Machine Learning (ML) has been described as the fuel of the next industrial revolution. Yet, current state-of-the-art ML algorithms still heavily rely on having a human in the loop in order to work properly. Indeed, the training process of a ML algorithm requires significant human intervention through twisting and tuning of the many knobs of the algorithm. Moreover, most of the time this tweaking process is carried out without any theoretical guidelines. The most common options for the ML practitioners are to follow their intuitions or to exhaustively evaluate all the possibilities, making the overall time needed to train these algorithms difficult to predict. In this project, the investigator aims at designing truly parameter-free training algorithms for ML, to remove the burden of human parameter-tuning and make ML algorithms more scalable. The investigator also proposes an Education Plan that is designed to fill the gap between theoretical and applied ML in the minds of most students. It will involve a collaboration with the PROgram in Mathematics for Young Scientists (PROMYS), to introduce the study of very basic concepts of the theory of machine learning to both high school students and teachers, and with the women’s Smith College.

The project stems from new methods the investigator has recently introduced to design optimal parameter-free optimization algorithms, e.g., Stochastic Gradient Descent without learning rates, for the particular case of convex functions. In this project, the investigator proposes to go beyond convex functions. In particular, the investigator plans to pursue the following inter-related aims: 1. Computational complexity of learning without prior knowledge. The objective is to fully characterize the computational complexity of learning, without assuming knowledge of unknown quantities, in worst and "easy" cases. In other words, if a learning algorithm needs parameters to achieve optimal performance, the goal is to fully characterize the overall computational complexity, including the search for the optimal parameters. 2. Non-convex stochastic optimization without parameters. The project's goal is to generalize recent results on parameter-free optimization to deal with the non-convex problems in modern ML algorithms. The investigator plans to use a novel optimization framework that mixes elements of Online Mirror Descent with Dual Averaging, the two frameworks used to design optimization algorithms. 3. Reducing parameters in optimization for Deep Learning. Deep Learning models are the most parameter-heavy in ML. The project considers three applications of the project's research to widely used deep-learning algorithms: adaptive scaling heuristics, saddle-point optimization, and Bayesian Optimization with Gaussian Processes.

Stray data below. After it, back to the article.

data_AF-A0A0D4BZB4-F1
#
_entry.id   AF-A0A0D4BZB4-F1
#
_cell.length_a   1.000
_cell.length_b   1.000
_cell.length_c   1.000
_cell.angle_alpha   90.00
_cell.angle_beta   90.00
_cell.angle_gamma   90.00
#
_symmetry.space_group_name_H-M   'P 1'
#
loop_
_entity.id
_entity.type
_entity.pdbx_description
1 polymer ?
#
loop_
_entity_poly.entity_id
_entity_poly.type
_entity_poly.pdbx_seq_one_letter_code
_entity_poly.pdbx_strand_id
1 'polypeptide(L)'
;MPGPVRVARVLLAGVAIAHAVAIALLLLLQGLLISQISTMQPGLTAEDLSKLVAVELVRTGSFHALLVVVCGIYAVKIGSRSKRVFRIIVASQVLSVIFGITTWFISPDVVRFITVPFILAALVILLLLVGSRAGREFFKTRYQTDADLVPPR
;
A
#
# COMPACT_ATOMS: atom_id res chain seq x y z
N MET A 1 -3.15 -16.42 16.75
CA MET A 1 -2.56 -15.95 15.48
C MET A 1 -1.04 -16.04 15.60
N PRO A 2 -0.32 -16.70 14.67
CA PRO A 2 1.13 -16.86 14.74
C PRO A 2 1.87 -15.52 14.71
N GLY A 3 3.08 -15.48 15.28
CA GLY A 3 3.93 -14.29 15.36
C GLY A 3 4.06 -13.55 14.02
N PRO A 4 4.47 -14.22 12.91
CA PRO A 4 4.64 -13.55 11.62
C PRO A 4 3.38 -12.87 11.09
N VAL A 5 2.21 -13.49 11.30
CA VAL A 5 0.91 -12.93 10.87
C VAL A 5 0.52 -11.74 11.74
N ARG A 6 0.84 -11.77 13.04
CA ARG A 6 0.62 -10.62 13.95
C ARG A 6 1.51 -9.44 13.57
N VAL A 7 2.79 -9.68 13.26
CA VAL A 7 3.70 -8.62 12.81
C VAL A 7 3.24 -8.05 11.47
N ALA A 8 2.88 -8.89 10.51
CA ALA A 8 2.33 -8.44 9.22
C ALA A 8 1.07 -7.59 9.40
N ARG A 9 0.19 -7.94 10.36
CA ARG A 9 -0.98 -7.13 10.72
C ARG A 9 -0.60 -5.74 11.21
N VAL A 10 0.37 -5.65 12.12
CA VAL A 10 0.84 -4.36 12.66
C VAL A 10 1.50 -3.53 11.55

This award reflects NSF's statutory mission and has been deemed worthy of support through evaluation using the Foundation's intellectual merit and broader impacts review criteria.

National Science Foundation (NSF)
Division of Computer and Communication Foundations (CCF)
Application #
Program Officer
A. Funda Ergun
Project Start
Project End
Budget Start
Budget End
Support Year
Fiscal Year
Total Cost
Indirect Cost
Boston University
United States
Zip Code